Tag Archives: bureaucracy

How to obtain an Indian visa in the most honest manner possible within an impossibly corrupt system

In Bombay, the most likely place to find foreigners (after places like Bagel Shop in Bandra or Blue Frog in Lower Parel) is the Foreigner Regional Registration office.

In the same way, in the last little while, after my neighbourhood cafe… the Indian Consulate was the most likely place you could find me in Vancouver.

After much stress, I obtained a visa. Gaining an Indian visa is hardly a subject I know anything about, as I was declined more than once before finally getting through. However, I believe that abiding by the following guidelines will increase likelihood of results.

  • Go to the consulate first just to get the information about which visa you require. Even information I had printed directly off of the Indian Consulate of Vancouver official website was declined and said to be false when I asked about it in person at the visa office. Go to the counter, say what you want to do, and create a checklist right then and there of the documents you have to collect.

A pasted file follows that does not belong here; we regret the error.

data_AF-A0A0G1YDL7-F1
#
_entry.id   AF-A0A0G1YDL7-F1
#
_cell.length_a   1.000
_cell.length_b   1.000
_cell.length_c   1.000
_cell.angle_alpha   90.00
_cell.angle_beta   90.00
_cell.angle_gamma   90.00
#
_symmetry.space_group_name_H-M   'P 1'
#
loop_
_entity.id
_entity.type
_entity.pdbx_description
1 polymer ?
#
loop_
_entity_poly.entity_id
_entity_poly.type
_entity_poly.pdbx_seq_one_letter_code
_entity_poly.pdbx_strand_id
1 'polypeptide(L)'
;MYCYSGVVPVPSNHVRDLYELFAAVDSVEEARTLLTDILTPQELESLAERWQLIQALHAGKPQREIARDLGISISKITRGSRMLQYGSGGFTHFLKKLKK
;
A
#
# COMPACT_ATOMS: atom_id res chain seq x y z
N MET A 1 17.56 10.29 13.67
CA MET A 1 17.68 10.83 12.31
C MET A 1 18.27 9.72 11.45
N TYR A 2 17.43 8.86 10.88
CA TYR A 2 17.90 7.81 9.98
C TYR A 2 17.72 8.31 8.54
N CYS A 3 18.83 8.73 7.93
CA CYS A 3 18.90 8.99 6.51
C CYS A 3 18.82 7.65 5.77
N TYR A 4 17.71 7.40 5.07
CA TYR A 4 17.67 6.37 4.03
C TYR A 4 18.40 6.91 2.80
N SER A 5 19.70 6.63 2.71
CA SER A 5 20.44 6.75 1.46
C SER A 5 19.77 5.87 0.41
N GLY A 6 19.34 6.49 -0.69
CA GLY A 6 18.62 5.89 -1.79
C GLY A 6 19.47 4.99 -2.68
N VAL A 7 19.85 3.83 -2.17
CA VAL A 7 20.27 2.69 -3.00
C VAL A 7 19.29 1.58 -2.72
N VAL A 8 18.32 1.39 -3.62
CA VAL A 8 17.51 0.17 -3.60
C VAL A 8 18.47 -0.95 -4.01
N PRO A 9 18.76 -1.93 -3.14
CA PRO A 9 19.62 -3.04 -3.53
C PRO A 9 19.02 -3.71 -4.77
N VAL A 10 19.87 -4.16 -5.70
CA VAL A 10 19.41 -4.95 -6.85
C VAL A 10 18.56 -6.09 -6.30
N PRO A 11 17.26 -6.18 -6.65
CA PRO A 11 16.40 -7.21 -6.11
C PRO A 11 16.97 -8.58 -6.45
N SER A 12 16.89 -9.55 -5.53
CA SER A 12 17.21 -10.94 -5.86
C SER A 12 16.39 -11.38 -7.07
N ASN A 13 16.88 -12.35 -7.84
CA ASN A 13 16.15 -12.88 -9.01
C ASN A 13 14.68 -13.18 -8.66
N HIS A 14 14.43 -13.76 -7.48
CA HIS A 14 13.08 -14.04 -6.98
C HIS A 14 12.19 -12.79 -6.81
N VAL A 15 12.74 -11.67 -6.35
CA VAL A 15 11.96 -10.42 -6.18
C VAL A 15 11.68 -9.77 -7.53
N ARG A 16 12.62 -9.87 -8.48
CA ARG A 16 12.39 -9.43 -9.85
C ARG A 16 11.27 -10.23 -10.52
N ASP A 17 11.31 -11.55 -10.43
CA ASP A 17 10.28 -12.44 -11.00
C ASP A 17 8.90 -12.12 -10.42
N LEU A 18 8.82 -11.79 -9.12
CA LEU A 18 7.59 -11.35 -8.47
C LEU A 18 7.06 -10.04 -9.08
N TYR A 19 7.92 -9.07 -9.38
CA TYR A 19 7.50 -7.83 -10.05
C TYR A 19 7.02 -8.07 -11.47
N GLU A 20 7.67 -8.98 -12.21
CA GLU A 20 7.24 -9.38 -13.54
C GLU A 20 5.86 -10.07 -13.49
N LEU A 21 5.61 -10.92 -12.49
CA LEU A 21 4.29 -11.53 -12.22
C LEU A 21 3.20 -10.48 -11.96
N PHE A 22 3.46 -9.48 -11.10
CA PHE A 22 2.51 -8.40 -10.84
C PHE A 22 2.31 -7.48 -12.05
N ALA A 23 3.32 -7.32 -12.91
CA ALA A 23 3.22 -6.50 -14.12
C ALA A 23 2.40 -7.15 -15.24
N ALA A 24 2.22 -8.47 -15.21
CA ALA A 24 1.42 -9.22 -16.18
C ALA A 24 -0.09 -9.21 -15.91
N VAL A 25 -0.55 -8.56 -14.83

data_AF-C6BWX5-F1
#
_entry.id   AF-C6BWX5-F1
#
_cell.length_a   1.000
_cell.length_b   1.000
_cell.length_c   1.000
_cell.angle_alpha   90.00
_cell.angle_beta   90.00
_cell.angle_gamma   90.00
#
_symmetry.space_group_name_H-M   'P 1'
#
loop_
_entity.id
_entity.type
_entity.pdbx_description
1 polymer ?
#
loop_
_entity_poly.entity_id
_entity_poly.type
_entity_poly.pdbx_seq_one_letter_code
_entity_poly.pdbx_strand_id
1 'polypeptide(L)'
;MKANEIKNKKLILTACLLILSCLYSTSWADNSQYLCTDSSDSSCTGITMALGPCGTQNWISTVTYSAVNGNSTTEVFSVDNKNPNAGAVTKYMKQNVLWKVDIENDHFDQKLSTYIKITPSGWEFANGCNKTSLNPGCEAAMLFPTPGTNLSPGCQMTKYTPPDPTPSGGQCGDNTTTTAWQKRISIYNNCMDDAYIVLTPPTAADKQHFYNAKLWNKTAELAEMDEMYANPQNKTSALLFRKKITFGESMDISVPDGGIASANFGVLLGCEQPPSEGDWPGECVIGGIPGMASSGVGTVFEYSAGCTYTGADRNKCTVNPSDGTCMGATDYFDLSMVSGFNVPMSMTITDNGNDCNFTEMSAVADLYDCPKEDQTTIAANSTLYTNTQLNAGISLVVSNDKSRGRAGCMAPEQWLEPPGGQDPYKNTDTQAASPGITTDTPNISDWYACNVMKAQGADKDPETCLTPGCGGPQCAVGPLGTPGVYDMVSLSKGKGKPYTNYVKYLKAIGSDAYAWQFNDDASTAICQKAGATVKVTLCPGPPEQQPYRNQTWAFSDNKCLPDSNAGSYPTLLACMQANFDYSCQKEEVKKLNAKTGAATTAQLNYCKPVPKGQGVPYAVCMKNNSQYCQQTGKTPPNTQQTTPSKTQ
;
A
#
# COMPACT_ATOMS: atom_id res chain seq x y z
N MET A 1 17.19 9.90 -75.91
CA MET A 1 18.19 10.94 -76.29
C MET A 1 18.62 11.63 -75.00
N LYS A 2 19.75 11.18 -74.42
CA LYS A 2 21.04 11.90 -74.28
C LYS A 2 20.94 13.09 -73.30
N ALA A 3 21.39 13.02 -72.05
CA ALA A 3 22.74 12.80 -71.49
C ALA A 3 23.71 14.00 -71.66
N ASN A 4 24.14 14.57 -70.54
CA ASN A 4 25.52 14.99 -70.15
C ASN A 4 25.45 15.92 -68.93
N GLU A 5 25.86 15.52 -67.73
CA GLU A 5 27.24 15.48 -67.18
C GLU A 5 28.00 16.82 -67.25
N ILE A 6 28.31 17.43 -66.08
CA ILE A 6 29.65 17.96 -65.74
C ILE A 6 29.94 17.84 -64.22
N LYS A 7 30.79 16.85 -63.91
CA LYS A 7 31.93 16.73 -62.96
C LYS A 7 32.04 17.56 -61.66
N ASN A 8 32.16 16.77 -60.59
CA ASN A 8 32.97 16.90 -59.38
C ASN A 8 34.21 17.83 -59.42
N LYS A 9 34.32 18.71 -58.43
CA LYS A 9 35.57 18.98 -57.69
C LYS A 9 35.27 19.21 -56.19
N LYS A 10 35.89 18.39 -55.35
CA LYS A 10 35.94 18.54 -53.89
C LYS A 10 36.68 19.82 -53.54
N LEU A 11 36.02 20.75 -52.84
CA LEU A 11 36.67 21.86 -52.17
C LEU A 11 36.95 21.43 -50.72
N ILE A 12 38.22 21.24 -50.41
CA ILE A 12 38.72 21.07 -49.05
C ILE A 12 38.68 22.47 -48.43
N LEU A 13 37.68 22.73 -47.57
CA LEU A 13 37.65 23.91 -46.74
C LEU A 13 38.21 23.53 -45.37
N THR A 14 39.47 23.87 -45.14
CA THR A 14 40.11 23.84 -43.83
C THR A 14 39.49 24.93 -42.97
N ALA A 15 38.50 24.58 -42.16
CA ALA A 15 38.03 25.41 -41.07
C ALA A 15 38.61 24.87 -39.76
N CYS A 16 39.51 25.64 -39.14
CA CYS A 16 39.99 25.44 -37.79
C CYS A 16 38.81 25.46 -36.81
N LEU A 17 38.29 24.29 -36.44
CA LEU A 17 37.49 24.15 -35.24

• Take note of WHO you talk to at the counter, so that you can say, for example, ‘Gurpreet had given me this information when I was here previously’, when you come for your second, fourth, or seventeenth visit.
  • When you arrive at the counter, do NOT volunteer information. Answer only the questions that are asked.Also, present your documents as they are requested, one by one. This is reassuring for the person at the counter. If you had a pile of candies for a toddler, you would not give them all to him at once! In the same way, give your papers one by one.